Highly eccentric black-hole merger is identified in LIGO–Virgo observation

Astronomers in the US have found strong evidence that a merging pair of black holes with highly eccentric orbits has been seen by the LIGO–Virgo gravitational wave detectors. The team, led by Richard O’Shaughnessy at Rochester Institute of Technology, made the discovery after running an extensive series of simulations – which they used to recreate the gravitational waveforms originating from a merger that was spotted in 2019. Their results suggest that the merger was the result of a chance encounter between two black holes in a dense star cluster.

The latest theories of stellar evolution place an upper limit of around 50 solar masses on the sizes of black holes produced through supernovae. However, not all observed black holes appear to obey this rule. In 2019, the LIGO–Virgo observatories detected GW190521: a gravitational-wave signal generated by the most massive pair of merging black holes observed to date, each measuring over 70 solar masses.

To explain why these hefty objects were well above the apparent mass limit, some astronomers say that they could have each been second-generation black holes – which are themselves created by black-hole mergers. Afterwards, the two bodies may have been caught in each other’s gravity by chance to form a binary that merged. Such multiple mergers are likely to occur in regions that are densely populated by black holes, such as galactic nuclei.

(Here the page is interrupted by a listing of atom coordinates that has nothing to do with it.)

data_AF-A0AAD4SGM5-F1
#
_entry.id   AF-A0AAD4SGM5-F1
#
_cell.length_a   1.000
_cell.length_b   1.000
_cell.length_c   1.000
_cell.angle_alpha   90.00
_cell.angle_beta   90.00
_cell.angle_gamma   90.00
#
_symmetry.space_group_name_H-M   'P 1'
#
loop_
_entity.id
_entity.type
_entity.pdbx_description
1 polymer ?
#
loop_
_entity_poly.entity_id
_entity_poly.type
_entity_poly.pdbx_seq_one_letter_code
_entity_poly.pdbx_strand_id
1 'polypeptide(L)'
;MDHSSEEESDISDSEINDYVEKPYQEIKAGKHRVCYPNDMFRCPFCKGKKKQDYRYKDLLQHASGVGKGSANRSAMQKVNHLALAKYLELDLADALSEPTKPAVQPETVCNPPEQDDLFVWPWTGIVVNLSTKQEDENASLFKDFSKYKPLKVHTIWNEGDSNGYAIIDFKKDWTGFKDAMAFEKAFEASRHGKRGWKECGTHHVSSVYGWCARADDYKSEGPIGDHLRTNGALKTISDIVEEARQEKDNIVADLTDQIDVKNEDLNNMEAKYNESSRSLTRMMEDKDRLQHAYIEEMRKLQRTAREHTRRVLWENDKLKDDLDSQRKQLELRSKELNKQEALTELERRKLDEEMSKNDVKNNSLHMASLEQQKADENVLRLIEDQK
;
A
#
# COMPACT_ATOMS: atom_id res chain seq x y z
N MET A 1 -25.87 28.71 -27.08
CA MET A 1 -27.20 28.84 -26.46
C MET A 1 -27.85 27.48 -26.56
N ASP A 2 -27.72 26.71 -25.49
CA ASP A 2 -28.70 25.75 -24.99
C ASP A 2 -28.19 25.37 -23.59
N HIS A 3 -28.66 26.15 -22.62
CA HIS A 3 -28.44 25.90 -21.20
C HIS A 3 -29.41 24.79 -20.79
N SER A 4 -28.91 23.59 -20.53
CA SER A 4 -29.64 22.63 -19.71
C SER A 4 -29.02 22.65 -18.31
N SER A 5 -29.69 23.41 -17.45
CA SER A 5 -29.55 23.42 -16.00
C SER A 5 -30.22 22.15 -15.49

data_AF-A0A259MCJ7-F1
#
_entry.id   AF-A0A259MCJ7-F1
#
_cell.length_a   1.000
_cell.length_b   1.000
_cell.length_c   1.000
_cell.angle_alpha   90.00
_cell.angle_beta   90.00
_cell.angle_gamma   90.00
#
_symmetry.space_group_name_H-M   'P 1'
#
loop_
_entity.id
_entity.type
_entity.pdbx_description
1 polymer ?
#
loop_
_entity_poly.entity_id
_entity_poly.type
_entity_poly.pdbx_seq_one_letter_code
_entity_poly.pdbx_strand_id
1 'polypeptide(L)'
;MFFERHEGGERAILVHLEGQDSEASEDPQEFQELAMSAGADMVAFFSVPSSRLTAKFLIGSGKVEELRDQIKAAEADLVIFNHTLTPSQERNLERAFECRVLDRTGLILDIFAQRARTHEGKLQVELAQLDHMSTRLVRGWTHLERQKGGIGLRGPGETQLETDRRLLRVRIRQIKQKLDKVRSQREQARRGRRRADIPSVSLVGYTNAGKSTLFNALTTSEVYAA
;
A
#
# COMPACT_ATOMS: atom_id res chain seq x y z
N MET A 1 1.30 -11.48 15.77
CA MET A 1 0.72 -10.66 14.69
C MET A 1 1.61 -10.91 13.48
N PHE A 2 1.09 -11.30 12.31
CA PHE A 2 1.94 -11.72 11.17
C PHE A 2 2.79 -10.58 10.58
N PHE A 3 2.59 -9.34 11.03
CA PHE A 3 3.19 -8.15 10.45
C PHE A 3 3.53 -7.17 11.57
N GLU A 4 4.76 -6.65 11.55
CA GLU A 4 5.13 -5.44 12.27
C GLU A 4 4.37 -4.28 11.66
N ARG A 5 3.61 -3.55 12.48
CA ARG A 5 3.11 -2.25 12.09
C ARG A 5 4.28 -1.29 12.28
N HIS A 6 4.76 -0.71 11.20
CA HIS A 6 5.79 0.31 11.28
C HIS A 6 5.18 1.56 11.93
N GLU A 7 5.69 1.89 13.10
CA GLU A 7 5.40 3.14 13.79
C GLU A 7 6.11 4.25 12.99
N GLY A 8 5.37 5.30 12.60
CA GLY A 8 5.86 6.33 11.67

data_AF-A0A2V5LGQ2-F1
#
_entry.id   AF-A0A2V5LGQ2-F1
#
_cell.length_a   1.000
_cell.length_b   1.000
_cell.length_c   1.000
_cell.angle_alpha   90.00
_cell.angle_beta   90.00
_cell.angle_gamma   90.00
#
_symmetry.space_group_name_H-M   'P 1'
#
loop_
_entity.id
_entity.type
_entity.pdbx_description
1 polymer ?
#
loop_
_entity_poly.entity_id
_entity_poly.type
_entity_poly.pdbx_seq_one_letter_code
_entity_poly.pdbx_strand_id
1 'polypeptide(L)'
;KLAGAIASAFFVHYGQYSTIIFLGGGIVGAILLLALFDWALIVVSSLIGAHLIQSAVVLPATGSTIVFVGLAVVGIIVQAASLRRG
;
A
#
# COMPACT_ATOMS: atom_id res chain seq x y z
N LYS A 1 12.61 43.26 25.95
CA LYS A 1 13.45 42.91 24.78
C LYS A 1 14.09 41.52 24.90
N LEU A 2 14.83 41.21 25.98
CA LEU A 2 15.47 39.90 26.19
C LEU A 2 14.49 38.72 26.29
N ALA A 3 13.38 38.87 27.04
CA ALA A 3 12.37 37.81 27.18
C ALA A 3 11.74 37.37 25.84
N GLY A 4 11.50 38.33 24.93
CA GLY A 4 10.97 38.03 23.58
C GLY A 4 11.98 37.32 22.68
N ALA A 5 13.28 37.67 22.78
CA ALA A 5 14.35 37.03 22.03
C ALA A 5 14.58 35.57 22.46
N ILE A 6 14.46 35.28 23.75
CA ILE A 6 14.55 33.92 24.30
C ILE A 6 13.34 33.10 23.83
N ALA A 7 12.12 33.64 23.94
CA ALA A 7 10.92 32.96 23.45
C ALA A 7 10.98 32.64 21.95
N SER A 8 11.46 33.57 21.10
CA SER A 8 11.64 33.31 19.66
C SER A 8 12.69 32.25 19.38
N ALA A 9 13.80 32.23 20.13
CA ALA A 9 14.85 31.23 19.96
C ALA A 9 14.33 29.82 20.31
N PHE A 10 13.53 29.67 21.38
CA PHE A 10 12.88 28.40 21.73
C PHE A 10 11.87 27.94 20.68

Lost eccentricity

So far, most mergers observed by astronomers appear to have involved pairs of black holes in highly circular orbits – whereby both objects orbit in circles around their centre of mass. Such systems would have probably begun as binary stars and would have remained stable for billions of years before merging, so that any orbital eccentricity would be lost through emissions of gravitational waves.

However, binary systems formed in chance encounters would begin in highly eccentric orbits – with both objects in elliptical orbits around their centre of mass. If the orbital radii were small, the black holes would merge before the eccentricity was radiated away.

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